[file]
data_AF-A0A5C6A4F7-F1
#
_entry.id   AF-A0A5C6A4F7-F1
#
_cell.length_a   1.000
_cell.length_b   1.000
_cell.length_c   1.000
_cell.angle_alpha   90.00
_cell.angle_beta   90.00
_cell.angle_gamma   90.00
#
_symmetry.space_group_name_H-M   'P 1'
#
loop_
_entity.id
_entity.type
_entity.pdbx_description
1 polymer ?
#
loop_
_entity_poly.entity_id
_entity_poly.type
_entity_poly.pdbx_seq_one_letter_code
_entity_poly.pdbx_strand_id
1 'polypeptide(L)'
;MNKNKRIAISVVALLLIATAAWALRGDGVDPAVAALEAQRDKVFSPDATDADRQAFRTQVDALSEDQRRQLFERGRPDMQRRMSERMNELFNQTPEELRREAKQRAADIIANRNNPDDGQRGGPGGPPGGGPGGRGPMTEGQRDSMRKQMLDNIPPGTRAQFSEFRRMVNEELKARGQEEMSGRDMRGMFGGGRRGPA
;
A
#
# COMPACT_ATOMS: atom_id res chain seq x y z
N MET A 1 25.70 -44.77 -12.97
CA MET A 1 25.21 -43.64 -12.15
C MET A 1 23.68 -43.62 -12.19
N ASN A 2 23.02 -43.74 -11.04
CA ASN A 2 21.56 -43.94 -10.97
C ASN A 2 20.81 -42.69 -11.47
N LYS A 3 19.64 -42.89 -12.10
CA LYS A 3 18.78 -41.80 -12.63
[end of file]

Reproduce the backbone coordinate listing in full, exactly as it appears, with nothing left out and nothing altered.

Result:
data_AF-A0A5C6A4F7-F1
#
_entry.id   AF-A0A5C6A4F7-F1
#
_cell.length_a   1.000
_cell.length_b   1.000
_cell.length_c   1.000
_cell.angle_alpha   90.00
_cell.angle_beta   90.00
_cell.angle_gamma   90.00
#
_symmetry.space_group_name_H-M   'P 1'
#
loop_
_entity.id
_entity.type
_entity.pdbx_description
1 polymer ?
#
loop_
_entity_poly.entity_id
_entity_poly.type
_entity_poly.pdbx_seq_one_letter_code
_entity_poly.pdbx_strand_id
1 'polypeptide(L)'
;MNKNKRIAISVVALLLIATAAWALRGDGVDPAVAALEAQRDKVFSPDATDADRQAFRTQVDALSEDQRRQLFERGRPDMQRRMSERMNELFNQTPEELRREAKQRAADIIANRNNPDDGQRGGPGGPPGGGPGGRGPMTEGQRDSMRKQMLDNIPPGTRAQFSEFRRMVNEELKARGQEEMSGRDMRGMFGGGRRGPA
;
A
#
# COMPACT_ATOMS: atom_id res chain seq x y z
N MET A 1 25.70 -44.77 -12.97
CA MET A 1 25.21 -43.64 -12.15
C MET A 1 23.68 -43.62 -12.19
N ASN A 2 23.02 -43.74 -11.04
CA ASN A 2 21.56 -43.94 -10.97
C ASN A 2 20.81 -42.69 -11.47
N LYS A 3 19.64 -42.89 -12.10
CA LYS A 3 18.78 -41.80 -12.63